AI Advances and Applications Virtual Seminar Series
The Big Short with AI in Biomedical Sciences: When Actions Don’t Follow Predictions by Dr. Mattia Prosperi
Associate Professor, Preeminence Faculty, Dept. of Epidemiology, Data Intelligence Systems Lab (DISL)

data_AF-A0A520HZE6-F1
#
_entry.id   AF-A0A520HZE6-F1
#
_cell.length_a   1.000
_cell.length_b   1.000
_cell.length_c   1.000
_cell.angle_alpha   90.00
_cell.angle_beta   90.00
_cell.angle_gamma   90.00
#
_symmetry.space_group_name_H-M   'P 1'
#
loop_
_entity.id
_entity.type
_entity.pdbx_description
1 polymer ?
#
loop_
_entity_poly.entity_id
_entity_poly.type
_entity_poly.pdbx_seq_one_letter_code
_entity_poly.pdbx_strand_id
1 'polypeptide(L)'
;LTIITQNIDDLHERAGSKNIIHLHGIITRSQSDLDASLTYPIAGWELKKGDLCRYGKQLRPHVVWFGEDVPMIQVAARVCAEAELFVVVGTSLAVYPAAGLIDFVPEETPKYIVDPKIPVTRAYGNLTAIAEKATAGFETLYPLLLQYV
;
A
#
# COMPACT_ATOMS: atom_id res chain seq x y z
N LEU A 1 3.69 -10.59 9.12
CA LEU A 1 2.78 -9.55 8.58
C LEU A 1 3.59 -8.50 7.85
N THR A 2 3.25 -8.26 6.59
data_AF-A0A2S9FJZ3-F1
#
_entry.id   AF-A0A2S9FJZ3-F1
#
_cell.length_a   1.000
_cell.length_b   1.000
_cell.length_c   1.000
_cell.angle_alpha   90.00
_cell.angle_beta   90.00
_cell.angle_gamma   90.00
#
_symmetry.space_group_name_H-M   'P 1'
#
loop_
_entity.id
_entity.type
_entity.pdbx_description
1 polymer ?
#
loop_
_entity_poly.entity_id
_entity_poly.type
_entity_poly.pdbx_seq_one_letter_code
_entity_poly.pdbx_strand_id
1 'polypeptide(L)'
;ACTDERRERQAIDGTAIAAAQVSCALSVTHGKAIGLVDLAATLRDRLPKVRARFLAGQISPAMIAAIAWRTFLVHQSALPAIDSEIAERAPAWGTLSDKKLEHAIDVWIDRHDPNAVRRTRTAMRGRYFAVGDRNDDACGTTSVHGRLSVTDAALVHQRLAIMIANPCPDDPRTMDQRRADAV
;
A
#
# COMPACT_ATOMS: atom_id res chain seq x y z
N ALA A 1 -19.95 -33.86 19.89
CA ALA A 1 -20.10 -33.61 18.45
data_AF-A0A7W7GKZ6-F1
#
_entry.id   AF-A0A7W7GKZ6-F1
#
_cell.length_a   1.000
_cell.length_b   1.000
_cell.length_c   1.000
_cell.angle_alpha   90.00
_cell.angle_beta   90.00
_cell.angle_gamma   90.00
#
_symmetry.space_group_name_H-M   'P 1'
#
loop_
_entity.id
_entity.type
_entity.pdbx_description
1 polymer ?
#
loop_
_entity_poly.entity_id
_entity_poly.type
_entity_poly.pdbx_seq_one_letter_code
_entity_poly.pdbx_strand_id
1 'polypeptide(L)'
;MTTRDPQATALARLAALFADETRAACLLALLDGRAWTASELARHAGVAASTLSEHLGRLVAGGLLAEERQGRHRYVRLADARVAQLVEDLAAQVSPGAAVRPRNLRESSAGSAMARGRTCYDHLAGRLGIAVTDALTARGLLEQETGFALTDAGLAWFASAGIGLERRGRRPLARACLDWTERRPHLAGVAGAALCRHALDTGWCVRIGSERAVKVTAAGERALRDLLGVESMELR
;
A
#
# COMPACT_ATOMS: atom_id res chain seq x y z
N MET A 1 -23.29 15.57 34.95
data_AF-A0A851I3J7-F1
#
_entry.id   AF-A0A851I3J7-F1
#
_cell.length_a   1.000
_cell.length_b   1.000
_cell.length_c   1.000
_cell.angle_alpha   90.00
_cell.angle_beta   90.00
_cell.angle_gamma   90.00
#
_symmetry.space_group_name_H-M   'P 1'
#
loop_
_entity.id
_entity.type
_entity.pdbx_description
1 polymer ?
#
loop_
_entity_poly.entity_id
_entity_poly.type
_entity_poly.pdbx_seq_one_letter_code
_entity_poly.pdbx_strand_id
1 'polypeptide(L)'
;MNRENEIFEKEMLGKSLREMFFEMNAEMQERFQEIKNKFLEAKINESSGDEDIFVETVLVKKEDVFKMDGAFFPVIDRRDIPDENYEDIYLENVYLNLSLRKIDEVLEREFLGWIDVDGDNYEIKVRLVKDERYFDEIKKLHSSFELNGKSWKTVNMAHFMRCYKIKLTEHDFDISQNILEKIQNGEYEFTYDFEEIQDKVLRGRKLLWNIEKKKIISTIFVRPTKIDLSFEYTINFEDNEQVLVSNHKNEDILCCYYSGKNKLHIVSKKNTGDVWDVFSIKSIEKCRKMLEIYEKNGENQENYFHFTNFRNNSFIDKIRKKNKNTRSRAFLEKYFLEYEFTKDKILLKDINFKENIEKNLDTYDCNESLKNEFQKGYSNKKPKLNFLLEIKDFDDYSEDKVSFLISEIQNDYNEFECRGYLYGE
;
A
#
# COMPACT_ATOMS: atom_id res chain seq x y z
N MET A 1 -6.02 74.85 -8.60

Artificial intelligence (AI) is increasingly becoming key to precision medicine –from identifying disease risks and taking preventive measures, to making diagnoses and personalizing treatment for individuals. Precision medicine, however, is not only about predicting risks and outcomes, but also about weighing interventions. Interventional clinical predictive models need to calculate the so-called counterfactuals, i.e. alternative scenarios (changing variables that would not be naturally modified), requiring the correct specification of cause and effect. In biomedical research, observational studies are commonly affected by bias, such as confounding, selection, and indication. Without robust assumptions, often requiring a priori domain knowledge, derivation of causal effects can be flawed. Data-driven models might have very high accuracy, even in multiple test sets, yet be non-causal and produce the wrong predictions when used to evaluate counterfactuals. Therefore, the premise that data-driven prediction models lead to trustable decisions/interventions for precision medicine is questionable. When pursuing intervention modelling, the bio-health informatics community needs to employ causal AI approaches.